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Gambia truth panel urges prosecutions for Jammeh-era crimes



Gambia truth panel urges prosecutions for Jammeh-era crimes

The Gambia‘s truth commission recommended on Thursday that the government prosecute a list of officials responsible for crimes committed under former dictator Yahya Jammeh, with victims insisting that the former leader himself be included.

Human rights groups have long called for Jammeh to be prosecuted for alleged abuses, including murder, torture and rape, during his 22 years in power in the West African nation.

A truth commission, the TRRC, created to investigate the allegations, delivered its final report to President Adama Barrow on Thursday and recommended that the government file criminal charges.

TRRC president Lamin Sise said the report mentions those who “bear the greatest responsibility for human rights violations and abuses.”

“Forgiving and forgetting … would not only undermine reconciliation, it would also constitute a massive and egregious cover-up of the crimes committed,” he said in a statement.

Sise did not specify whether Jammeh is named.

However, a statement from 11 Gambian and international human rights groups said that “there is no doubt that Yahya Jammeh was at the top of that list.”

Reed Brody, who works with victims of the Jammeh era, also said the report “begins the countdown to the day when Yahya Jammeh will have to face his victims.”

The truth panel‘s findings come after more than two years of hearings on the crimes of the Jammeh era.

Witnesses gave chilling evidence of state-approved torture, death squads, rape and witch hunts, often at the hands of the “Junglers,” as Jammeh’s death squads were known.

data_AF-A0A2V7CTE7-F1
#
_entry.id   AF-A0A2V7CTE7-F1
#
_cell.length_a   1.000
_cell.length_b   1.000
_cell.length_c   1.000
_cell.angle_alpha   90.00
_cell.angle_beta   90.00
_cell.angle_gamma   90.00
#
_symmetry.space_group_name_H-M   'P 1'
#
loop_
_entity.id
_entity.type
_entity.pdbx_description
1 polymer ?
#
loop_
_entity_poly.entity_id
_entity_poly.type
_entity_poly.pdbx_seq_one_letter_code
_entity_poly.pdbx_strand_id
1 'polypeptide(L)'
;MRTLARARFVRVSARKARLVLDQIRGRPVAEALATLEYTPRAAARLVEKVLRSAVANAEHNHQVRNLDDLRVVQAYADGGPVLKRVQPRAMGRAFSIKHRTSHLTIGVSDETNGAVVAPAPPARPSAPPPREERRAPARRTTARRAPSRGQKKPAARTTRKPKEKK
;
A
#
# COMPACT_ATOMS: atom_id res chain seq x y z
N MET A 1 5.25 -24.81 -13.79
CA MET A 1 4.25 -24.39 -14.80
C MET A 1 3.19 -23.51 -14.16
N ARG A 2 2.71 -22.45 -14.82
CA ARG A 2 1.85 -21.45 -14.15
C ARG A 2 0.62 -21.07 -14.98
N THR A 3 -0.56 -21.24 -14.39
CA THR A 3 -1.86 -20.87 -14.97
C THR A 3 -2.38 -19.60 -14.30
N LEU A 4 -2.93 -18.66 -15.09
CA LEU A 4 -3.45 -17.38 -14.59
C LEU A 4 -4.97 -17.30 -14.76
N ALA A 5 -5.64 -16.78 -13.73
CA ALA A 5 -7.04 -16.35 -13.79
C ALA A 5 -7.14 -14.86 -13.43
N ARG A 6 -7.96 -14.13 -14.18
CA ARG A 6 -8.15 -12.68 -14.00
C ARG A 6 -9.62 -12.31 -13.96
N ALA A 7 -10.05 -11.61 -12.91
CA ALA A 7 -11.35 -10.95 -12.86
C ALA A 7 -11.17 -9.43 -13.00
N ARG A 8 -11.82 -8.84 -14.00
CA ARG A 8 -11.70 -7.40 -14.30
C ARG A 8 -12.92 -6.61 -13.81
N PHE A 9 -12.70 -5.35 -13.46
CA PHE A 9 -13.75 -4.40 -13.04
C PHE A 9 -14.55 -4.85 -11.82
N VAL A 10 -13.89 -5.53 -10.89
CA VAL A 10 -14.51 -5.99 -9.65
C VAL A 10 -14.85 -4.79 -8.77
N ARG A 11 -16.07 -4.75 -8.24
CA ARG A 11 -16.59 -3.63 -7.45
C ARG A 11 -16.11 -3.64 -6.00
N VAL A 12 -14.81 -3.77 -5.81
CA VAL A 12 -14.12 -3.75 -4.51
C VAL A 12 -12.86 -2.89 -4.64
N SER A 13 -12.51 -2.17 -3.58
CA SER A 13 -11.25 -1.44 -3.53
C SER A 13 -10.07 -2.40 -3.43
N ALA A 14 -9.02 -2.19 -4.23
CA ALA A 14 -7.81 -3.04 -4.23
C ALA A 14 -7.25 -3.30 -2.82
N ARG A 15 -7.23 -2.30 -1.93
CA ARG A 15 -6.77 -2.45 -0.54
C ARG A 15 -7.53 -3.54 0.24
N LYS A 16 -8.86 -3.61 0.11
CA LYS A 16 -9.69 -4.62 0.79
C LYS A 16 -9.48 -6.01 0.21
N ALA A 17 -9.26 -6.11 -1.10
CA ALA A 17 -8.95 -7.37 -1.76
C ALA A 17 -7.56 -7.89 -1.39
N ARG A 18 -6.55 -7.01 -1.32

The TRRC does not have the power to prosecute those responsible for crimes and the content of its report will not be made public immediately.

Barrow is expected to release a technical report within six months on how to implement its recommendations.

At a press conference in the capital, Banjul, the president promised to deliver the white paper on time and assured the victims that “justice will be done.”

Political career
Jammeh seized power in 1994 as part of a bloodless military coup in the Gambia, the smallest country in mainland Africa.

He was then repeatedly re-elected in controversial circumstances until Barrow, then a relative unknown, defeated him at the polls in December 2016.

After a six-week crisis that prompted military intervention by other West African states, Jammeh was forced into exile in Equatorial Guinea.

Despite the scale of the abuse allegations Jammeh faces, the 56-year-old retains a substantial following in the Gambia.

Many supporters are pushing for him to return from exile.

His influence has been a key issue in the run-up to the December 4 presidential election, the first since the former dictator’s departure.

Jammeh addressed a campaign rally remotely this month, arguing that Barrow had “rigged” the 2016 election.

Barrow, for his part, sought an alliance with Jammeh’s APRC party in September, a move some see as an electoral ploy.

Rights activists denounced the alliance, which also raised fears that it could lead to Jammeh’s return.

But Jammeh subsequently overruled the electoral pact, which he said was taken without his knowledge, and his supporters have formed a rival party.

Source Credit: TheGuardian

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